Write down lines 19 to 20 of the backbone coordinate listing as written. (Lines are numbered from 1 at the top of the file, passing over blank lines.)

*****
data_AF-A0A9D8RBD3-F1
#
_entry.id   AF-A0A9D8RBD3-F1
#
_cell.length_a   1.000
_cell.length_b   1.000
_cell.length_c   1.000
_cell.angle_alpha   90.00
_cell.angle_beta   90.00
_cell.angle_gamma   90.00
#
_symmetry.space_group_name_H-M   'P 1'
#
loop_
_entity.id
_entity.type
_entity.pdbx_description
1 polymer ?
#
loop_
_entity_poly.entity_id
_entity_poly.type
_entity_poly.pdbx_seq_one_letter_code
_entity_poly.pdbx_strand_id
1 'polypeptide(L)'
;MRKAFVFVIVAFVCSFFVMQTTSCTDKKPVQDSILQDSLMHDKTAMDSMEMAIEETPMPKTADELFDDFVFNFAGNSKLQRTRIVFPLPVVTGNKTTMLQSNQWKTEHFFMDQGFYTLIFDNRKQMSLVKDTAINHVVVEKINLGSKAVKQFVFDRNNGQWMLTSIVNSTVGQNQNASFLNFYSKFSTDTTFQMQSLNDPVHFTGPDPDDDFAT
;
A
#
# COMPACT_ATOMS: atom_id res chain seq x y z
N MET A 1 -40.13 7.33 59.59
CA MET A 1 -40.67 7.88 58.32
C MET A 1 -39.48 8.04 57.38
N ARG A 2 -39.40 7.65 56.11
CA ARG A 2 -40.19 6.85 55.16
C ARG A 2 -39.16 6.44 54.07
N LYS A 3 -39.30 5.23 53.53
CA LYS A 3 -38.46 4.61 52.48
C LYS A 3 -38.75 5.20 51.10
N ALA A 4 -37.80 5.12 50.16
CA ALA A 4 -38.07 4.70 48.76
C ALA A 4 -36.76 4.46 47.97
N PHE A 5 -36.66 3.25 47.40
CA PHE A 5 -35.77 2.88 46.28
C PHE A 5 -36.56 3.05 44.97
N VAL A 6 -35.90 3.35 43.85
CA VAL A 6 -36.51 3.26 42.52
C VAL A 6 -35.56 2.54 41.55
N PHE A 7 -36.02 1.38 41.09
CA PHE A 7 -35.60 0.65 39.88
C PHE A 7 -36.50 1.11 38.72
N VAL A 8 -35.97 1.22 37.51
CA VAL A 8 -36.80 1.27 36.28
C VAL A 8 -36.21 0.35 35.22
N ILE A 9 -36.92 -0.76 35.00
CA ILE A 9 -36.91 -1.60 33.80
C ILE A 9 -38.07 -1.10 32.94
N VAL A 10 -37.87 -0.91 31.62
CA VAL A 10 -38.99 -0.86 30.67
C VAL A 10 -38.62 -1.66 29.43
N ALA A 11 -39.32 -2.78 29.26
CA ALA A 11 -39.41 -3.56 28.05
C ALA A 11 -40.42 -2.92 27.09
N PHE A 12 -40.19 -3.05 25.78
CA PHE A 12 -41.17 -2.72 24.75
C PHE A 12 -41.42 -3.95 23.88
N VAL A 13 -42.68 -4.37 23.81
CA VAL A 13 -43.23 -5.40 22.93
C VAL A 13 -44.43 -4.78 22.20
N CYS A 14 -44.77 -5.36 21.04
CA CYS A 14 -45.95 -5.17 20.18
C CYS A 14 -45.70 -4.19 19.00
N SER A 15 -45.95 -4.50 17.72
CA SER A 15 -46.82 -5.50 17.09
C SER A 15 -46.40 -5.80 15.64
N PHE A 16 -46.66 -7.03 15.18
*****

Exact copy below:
#
loop_